Great City is hosting several unique events Friday and Saturday that we really should have publicized earlier. On Friday the four finalist teams of ULI’s Gerald D. Hines Student Urban Design competition, which involved designing a TOD node around Link’s Mount Baker Station, will give their final presentations. Go here to see proposals from the four finalist teams.
Additionally on Saturday Great City is hosting three breakout sessions that will focus on the convergence of development and social equity, specifically in the context of Southeast Seattle. The full agenda is below the jump. Registration for Saturday is free but requested.
From Great Cities website:
CONVERSATIONS ABOUT GROWTH, DEVELOPMENT AND INEQUALITIES IN SEATTLE
Please join Great City and a roster of fantastic organizations on Friday, April 1 and Saturday, April 2 for the Equitable Growth Dialogues, a series of probing community conversations concerning regional growth, urban development and entrenched inequalities in Southeast Seattle. Through a series of focused, frank exchanges, the Equitable Growth Dialogues are intended to help build bridges between environmentalists, urbanists and social justice advocates. We believe that now more than ever these sometimes disparate constituencies need to find a shared agenda built on common interests and values. We invite you to participate as your schedule allows. Daycare, translation and lunch will be provided on April 2.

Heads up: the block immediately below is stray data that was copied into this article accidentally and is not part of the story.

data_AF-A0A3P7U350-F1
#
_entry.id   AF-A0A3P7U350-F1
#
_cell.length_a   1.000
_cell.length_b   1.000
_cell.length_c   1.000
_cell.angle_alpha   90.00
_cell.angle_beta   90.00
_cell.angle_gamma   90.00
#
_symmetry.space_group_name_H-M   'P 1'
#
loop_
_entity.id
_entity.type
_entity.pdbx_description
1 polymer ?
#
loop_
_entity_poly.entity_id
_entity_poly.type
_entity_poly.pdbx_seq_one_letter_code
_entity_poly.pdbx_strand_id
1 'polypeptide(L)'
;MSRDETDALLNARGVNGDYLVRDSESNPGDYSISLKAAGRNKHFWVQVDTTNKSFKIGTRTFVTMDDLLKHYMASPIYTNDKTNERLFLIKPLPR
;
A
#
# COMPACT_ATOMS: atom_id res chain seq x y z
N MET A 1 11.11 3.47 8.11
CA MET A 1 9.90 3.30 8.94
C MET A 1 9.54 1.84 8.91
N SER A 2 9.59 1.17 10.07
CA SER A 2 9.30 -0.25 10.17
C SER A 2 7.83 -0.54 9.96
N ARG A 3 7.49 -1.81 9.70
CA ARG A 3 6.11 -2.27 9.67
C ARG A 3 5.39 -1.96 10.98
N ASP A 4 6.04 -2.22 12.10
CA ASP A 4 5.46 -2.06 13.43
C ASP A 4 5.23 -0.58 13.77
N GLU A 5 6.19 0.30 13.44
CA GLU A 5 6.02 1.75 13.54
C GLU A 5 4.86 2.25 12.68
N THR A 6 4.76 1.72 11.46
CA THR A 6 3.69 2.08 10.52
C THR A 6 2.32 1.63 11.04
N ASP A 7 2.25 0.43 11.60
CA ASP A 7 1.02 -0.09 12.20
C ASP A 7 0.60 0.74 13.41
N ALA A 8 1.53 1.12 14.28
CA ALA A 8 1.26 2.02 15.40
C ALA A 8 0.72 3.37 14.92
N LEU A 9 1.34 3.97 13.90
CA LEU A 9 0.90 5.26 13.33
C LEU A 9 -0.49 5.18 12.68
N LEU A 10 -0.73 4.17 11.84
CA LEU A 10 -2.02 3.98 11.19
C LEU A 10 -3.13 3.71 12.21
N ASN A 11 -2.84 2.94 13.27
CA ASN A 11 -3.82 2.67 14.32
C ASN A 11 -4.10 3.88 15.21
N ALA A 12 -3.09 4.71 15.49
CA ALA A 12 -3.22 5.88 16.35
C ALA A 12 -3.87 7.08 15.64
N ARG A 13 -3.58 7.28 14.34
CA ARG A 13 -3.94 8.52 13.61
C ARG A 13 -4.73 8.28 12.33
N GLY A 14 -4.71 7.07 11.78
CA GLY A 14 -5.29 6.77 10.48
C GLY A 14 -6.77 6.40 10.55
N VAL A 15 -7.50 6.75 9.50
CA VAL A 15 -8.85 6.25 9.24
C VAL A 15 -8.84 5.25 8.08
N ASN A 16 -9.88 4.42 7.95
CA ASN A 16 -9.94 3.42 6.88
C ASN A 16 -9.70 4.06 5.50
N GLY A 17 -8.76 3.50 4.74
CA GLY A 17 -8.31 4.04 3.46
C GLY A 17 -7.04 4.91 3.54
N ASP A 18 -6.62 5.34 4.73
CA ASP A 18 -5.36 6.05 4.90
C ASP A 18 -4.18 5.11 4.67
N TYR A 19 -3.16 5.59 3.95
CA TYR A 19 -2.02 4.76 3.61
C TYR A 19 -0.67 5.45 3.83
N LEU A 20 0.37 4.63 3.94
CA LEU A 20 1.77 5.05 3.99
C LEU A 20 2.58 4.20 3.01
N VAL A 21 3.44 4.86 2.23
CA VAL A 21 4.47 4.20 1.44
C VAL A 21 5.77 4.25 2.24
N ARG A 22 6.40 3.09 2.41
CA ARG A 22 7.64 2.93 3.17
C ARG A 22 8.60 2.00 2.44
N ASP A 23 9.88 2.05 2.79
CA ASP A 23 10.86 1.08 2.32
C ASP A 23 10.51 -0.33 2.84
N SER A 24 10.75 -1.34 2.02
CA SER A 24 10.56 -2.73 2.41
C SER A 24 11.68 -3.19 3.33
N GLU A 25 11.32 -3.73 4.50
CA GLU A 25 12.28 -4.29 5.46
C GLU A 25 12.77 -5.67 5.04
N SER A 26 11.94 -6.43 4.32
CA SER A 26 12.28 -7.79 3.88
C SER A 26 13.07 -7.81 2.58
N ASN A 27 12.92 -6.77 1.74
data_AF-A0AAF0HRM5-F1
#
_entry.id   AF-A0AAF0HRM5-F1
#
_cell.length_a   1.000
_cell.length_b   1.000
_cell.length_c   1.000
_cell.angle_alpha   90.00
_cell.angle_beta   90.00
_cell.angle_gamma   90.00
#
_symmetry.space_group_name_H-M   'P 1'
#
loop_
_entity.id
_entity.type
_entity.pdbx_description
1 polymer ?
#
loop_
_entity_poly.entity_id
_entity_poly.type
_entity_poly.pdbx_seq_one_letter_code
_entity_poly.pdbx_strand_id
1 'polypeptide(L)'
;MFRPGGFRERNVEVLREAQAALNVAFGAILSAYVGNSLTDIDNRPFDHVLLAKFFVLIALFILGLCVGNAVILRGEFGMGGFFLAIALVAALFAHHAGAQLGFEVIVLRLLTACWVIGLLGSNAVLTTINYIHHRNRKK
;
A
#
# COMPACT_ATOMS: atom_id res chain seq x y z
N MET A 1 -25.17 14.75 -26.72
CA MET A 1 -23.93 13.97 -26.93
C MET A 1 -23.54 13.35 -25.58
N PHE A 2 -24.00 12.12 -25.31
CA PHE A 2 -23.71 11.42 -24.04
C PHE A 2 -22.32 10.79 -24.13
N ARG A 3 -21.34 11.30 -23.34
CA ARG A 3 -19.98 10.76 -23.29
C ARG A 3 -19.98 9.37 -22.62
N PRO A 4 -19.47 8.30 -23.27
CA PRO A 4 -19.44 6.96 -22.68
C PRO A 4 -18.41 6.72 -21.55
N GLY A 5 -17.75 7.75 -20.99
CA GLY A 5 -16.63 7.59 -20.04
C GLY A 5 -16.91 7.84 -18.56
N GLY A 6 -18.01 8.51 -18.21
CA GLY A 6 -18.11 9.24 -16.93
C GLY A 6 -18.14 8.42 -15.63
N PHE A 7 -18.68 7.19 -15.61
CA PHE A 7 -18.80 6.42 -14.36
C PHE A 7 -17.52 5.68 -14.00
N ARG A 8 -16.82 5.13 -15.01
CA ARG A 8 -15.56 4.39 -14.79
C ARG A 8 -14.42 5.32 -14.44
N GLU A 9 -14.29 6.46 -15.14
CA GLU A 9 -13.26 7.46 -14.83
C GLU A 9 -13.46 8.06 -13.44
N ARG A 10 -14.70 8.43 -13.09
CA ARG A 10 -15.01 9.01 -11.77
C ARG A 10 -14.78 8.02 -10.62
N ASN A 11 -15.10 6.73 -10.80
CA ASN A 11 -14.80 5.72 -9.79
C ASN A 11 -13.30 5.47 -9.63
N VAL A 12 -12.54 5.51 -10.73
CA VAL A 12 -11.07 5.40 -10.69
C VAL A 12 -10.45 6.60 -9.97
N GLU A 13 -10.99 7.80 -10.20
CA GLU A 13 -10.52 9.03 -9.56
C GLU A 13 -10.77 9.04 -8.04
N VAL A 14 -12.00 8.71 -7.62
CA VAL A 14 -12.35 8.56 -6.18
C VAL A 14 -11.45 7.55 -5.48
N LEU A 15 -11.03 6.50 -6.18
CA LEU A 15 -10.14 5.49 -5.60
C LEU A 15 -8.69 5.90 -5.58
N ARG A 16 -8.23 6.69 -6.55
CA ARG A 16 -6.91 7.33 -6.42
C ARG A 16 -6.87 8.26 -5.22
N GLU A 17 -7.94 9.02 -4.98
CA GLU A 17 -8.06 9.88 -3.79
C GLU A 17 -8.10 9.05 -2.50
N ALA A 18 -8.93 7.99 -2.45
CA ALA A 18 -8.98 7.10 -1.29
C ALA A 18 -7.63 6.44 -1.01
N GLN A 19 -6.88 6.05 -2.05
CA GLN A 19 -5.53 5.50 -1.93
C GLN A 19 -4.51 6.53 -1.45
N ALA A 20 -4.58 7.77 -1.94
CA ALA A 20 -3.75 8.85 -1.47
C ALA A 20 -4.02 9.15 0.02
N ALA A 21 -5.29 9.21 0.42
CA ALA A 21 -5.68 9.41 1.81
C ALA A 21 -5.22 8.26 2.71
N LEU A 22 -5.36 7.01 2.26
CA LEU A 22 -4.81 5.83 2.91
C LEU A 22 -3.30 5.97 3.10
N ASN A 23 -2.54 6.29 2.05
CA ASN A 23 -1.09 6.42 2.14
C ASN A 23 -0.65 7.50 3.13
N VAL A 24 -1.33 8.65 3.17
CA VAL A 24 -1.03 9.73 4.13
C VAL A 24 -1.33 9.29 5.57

Download our brochure Equitable Growth Brochure.
This work is generously supported by the Bullitt Foundation.
More details after the jump.
EQUITABLE GROWTH SYMPOSIUM
WHERE: Franklin High School, 3013 South Mount Baker Boulevard
WHEN: April 2, Noon – 5pm
FREE REGISTRATION HERE
LUNCH & KEYNOTE ADDRESS | 12 – 1 PM
Jeff Pace from the Unity Council in Oakland, California will share some of the successes and lessons learned with the development of the Fruitvale Village, a mixed use, mixed-income, transit oriented development.
BREAKOUT SESSION 1 | 1:10 – 2:20 pm
Green Jobs and Economic Development in Southeast: Opportunity without Opportunism
- Joshua Curtis, Office of Sustainability and Environment
- Stacia Jenkins, Emerald Cities Collaborative
- Roger Valdez
- Charlie Cunniff, Office of Economic Development
Creative Inspiration: Reflections the ULI/Hines Competition and Implications for Mount Baker
- Councilmember Sally Clark
- Cathryn Vandenbrink, Artspace
- Ryan Curren, Office of Housing
- Pearl Leung, moderator
BREAKOUT SESSION 2 | 2:30 – 3:40 pm
Parks, Libraries, Community Centers, and Culture: Who Pays for the Necessities and How?
- Christopher Williams, Department of Parks and Recreation
- Wyking Garrett, UmojaFest
- Michael Siewerath, Capitol Hill Housing